The statement of claim reads as follows: “The suggestion brought by YÖK through their written official response is to ‘apply to relevant institutions’, meaning applying to universities one by one. This answer is not a solution, and it is clear that such a recommendation is not an answer to the lack of regulation that should be implemented throughout the country. This attitude of the defendant administration means ignoring the obligations imposed on the state by constitutional and international agreements. (…) Leaving a problem that concerns the whole country to the initiative of each university one by one will cause disorder rather than a resolution, and will damage the balance of equal opportunity that should be established among students.”

The petition also refers to the national legislation and the international conventions that Turkey is a party to: “The fact that vegan alternatives are not provided to individuals who refuse to consume animal-sourced products ethically and/or within the scope of the right to healthy nutrition leaves vegan individuals constantly subjected to inadequate and unbalanced nutrition. This means a violation of their fundamental rights, which are protected by the Turkish Constitution and the European Convention on Human Rights.”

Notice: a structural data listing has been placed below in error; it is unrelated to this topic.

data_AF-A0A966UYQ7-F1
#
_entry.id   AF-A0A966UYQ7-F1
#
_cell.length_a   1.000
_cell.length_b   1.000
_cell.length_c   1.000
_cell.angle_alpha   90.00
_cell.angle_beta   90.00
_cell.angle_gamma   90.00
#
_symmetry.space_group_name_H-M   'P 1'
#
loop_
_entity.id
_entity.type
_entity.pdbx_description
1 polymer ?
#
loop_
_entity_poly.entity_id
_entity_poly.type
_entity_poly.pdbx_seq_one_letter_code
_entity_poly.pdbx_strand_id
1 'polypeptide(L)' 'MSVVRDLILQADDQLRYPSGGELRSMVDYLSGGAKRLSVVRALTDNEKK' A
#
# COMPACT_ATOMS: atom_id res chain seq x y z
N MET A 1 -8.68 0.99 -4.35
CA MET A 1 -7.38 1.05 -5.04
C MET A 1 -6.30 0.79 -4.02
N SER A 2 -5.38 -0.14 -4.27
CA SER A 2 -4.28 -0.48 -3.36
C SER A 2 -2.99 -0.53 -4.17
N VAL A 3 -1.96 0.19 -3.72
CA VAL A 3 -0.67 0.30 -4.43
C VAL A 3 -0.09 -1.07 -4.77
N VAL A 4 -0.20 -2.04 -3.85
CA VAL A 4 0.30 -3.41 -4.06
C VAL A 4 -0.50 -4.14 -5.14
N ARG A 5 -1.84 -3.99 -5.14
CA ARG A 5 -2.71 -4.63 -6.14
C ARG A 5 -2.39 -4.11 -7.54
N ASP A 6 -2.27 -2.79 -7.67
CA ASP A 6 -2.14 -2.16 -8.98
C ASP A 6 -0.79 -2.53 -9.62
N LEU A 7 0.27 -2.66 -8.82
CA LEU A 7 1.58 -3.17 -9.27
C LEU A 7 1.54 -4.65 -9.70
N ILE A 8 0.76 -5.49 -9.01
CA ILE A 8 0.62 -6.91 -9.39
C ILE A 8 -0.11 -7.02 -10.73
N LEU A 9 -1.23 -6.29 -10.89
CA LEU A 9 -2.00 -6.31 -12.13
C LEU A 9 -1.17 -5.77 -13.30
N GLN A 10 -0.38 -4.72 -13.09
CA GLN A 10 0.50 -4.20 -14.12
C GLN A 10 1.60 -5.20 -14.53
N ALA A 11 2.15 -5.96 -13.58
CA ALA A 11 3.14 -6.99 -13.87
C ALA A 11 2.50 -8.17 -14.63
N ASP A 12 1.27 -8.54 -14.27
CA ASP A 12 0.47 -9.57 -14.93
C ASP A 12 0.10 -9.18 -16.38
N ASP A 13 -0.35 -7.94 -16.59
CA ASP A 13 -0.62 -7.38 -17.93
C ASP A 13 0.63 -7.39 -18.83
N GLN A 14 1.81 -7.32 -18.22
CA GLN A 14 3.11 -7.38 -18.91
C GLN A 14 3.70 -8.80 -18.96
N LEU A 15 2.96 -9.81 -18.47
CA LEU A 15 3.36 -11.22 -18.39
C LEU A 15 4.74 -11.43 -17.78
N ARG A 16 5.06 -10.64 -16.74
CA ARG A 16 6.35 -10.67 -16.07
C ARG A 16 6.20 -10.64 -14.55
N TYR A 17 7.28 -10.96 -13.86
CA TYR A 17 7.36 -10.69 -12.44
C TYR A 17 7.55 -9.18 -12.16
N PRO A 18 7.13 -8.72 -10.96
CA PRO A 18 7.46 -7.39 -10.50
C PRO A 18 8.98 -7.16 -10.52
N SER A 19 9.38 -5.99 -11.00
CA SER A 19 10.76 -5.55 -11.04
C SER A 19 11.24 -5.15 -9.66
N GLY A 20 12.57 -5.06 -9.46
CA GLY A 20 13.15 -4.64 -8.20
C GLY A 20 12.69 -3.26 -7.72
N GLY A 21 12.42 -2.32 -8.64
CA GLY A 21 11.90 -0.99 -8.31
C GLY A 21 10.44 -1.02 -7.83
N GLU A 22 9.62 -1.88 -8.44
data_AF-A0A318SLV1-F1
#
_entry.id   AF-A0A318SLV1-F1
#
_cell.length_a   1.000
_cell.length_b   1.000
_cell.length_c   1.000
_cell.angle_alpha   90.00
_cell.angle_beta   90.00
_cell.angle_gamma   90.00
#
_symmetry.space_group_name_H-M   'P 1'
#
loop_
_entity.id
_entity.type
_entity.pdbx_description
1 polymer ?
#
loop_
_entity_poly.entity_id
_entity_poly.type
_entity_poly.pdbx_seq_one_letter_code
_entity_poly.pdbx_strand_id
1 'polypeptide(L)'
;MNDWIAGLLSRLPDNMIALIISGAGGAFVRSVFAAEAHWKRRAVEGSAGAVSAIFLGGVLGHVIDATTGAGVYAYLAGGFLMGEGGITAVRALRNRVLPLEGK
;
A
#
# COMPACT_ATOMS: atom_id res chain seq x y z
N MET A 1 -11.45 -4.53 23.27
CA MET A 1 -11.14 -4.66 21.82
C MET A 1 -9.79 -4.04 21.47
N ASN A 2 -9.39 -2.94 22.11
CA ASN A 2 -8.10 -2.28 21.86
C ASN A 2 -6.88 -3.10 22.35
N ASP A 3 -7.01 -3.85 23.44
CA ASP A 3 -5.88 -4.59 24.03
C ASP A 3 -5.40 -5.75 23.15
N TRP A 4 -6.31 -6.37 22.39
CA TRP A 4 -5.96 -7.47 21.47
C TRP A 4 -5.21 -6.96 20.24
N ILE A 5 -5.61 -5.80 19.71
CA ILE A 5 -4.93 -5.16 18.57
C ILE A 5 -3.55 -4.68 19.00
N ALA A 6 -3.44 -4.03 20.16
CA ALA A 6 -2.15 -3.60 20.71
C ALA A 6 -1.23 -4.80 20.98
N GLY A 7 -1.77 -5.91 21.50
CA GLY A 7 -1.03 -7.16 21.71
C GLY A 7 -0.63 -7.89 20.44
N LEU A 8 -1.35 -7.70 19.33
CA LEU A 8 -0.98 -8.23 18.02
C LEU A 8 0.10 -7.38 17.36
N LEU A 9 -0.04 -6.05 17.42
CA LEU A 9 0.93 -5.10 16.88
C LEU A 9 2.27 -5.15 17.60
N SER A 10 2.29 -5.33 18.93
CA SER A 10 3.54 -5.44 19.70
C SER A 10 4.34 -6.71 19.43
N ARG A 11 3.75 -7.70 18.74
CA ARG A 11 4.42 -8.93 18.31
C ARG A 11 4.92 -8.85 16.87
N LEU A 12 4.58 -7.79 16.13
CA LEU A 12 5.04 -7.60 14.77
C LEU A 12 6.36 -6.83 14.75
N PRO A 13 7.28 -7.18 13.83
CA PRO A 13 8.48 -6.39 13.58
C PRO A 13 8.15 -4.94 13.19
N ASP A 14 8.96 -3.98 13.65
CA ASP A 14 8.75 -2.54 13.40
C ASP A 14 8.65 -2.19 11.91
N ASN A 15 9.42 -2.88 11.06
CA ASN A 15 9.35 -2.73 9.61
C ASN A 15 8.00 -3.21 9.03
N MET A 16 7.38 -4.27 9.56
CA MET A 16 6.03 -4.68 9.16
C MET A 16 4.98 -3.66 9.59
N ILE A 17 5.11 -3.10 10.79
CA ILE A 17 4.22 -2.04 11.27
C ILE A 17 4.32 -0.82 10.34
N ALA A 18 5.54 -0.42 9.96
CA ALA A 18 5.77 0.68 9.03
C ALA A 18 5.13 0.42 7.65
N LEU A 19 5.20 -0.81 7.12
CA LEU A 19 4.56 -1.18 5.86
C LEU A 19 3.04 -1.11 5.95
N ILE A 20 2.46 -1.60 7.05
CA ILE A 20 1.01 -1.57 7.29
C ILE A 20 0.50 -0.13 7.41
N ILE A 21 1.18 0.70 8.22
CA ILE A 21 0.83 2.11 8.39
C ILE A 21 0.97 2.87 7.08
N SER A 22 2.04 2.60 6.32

TVD Founding President Ebru Arıman said, “Despite all efforts, we could not get positive responses from the rectors and SKS units of some universities, such as ITU, Gazi and Bakırçay. This arbitrary practice and violations of rights must come to an end immediately. YÖK should materialize and implement the regulation that will make vegan menus compulsory, consistent and accessible throughout the country without any further grievances.”

Stating that the rights of vegan and vegetarian prisoners have been legally protected in Turkey since 2012, Arıman said that excluding universities is a violation of economic rights too: “While the right to food and freedom of conscience are protected by the legislation of penitentiary institutions, it is unacceptable to deprive students of their rights to benefit from the collective nutrition system in their universities due to their ethical and philosophical stance. Especially when the only option that can access affordable food is the university cafeteria; it is against equity to deprive vegan students of this option.”

If my legal case inspired Turkish vegans to stand up for their rights, I hope that now their legal case inspires other vegans to do the same. And if vegans don’t have to struggle facing discrimination, they will stay vegan for life and be able to spend more energy and time fighting for the animals.

Vegans’ rights are animal rights.